Placeography:Featured place/2018-12

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Built in 1890, demolished in 1961, The Northwestern Guaranty Life Insurance building,later known as The Metropolitan.  The materials used were red granite from Superior, Minnesota and green limestone from New Hampshire.  At twelve stories, it was the tallest building in Minneapolis.  The buiding was designed for elegance and opulance with an open central "light court" with opaque glass floors and ornate wrought iron railings and elevator cages. The Metropolitan remained standing at the edge of the downtown Gateway District until December 1961 when it was demolished after a campaign to save it was lost at the Minnesota State Supreme Court. Architectural historian, Larry Millett, wrote about the destruction of The Metropolitan Building in his 1992 book, Lost Twin Cities. In November 2018 his book devoted ot the building, Metropolitan Dreams, was published by the University of Minnesota Press.
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Built in 1890, demolished in 1961, The Northwestern Guaranty Life Insurance building, was later known as The Metropolitan Building.  The materials used were red granite from Superior, Minnesota and green limestone from New Hampshire.  At twelve stories, it was the tallest building in Minneapolis.  The buiding was designed for elegance and opulance with an open central "light court" with opaque glass floors and ornate wrought iron railings and elevator cages. The Metropolitan remained standing at the edge of the downtown Gateway District until December 1961 when it was demolished after a campaign to save it was lost at the Minnesota State Supreme Court. Architectural historian, Larry Millett, wrote about the destruction of The Metropolitan Building in his 1992 book, Lost Twin Cities. In November 2018 his book devoted ot the building, Metropolitan Dreams, was published by the University of Minnesota Press.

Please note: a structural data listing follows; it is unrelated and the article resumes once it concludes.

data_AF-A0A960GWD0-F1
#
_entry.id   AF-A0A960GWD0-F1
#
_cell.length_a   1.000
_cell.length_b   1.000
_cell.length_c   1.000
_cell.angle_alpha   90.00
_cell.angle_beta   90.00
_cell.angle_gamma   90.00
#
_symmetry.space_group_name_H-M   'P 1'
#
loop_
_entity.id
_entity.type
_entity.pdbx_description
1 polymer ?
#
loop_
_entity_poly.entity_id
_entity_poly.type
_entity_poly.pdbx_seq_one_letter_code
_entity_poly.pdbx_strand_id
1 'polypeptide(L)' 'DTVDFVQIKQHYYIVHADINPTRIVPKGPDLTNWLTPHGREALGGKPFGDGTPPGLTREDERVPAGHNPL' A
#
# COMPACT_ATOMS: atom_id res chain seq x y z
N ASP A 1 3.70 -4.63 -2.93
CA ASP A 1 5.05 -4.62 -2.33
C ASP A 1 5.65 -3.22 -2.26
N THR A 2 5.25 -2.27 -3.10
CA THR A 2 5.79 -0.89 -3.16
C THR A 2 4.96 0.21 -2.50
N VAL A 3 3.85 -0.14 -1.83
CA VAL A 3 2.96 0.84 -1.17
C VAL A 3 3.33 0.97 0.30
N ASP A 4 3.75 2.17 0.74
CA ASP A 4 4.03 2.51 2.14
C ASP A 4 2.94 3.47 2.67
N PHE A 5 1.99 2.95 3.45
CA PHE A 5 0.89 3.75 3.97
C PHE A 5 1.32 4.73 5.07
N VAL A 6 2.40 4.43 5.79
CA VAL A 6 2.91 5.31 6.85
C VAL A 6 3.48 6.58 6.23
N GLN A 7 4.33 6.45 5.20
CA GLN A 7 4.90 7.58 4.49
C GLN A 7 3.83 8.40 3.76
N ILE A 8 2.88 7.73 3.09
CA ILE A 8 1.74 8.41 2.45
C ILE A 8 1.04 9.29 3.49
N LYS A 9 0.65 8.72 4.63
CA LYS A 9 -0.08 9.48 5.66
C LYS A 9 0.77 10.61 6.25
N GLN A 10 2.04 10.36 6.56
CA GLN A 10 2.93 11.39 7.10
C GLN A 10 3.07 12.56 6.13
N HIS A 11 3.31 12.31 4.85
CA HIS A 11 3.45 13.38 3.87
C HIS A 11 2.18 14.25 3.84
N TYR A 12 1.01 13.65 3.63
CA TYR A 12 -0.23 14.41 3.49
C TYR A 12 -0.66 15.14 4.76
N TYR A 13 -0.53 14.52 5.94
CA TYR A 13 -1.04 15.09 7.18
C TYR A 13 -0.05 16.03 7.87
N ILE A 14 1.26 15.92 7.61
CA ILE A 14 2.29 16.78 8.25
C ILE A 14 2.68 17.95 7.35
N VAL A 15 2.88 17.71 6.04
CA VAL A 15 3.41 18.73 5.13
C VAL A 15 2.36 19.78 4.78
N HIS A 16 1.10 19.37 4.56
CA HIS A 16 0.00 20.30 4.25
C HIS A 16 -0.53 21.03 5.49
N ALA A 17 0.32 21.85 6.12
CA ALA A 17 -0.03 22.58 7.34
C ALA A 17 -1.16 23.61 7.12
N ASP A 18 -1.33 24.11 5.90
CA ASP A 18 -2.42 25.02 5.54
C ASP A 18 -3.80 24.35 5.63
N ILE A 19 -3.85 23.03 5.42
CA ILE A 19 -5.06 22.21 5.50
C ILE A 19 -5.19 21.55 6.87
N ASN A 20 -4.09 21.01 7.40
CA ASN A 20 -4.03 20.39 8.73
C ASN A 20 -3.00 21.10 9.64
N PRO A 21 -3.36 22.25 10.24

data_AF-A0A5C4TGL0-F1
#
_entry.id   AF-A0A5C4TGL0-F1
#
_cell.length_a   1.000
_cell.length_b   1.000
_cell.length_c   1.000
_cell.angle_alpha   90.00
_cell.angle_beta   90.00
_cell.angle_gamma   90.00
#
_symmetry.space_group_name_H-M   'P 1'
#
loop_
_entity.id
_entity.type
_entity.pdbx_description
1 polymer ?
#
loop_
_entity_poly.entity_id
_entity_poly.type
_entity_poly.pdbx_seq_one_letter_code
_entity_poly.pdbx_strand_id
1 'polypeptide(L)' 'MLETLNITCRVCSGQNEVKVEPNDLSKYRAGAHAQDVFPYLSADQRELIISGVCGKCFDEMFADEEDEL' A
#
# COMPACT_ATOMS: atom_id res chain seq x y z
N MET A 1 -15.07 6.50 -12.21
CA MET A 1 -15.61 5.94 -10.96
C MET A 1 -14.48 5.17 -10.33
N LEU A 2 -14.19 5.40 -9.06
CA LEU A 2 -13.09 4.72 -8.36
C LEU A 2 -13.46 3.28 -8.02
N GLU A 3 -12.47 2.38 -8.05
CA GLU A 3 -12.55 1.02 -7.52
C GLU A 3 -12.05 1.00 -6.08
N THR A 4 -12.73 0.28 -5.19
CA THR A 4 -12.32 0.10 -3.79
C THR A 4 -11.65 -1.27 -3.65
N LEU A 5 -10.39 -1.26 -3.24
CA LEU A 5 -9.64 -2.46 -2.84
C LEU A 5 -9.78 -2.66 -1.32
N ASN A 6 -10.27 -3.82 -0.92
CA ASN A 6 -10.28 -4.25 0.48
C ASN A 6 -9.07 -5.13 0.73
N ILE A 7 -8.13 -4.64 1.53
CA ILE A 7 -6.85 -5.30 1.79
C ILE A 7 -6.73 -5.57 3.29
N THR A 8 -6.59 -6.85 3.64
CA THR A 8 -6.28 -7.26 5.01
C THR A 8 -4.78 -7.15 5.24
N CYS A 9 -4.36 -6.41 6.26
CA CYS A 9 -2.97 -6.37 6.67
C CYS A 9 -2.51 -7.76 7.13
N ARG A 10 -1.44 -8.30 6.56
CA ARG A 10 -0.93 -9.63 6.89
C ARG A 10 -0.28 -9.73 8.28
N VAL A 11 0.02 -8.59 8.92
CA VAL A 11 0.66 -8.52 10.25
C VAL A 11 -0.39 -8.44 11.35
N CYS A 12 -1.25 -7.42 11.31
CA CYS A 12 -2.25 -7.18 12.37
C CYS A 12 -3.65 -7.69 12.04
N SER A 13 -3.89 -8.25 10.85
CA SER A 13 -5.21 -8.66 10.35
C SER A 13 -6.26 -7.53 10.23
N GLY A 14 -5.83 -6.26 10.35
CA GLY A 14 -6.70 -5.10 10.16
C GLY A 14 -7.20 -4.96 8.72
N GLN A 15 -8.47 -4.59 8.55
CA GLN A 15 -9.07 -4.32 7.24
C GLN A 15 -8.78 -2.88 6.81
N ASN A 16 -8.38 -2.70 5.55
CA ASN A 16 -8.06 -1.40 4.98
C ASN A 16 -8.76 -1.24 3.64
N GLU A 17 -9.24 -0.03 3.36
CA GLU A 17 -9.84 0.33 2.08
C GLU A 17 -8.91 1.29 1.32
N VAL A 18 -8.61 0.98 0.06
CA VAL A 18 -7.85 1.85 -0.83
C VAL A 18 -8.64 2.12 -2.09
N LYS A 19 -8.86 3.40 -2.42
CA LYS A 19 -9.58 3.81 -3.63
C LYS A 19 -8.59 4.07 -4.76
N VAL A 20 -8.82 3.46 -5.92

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Revision as of 16:46, December 1, 2018

Metropolitan Building,308 2nd Avenue South, Minneapolis, Minnesota

Built in 1890, demolished in 1961, The Northwestern Guaranty Life Insurance building, was later known as The Metropolitan Building. The materials used were red granite from Superior, Minnesota and green limestone from New Hampshire. At twelve stories, it was the tallest building in Minneapolis. The buiding was designed for elegance and opulance with an open central "light court" with opaque glass floors and ornate wrought iron railings and elevator cages. The Metropolitan remained standing at the edge of the downtown Gateway District until December 1961 when it was demolished after a campaign to save it was lost at the Minnesota State Supreme Court. Architectural historian, Larry Millett, wrote about the destruction of The Metropolitan Building in his 1992 book, Lost Twin Cities. In November 2018 his book devoted ot the building, Metropolitan Dreams, was published by the University of Minnesota Press.

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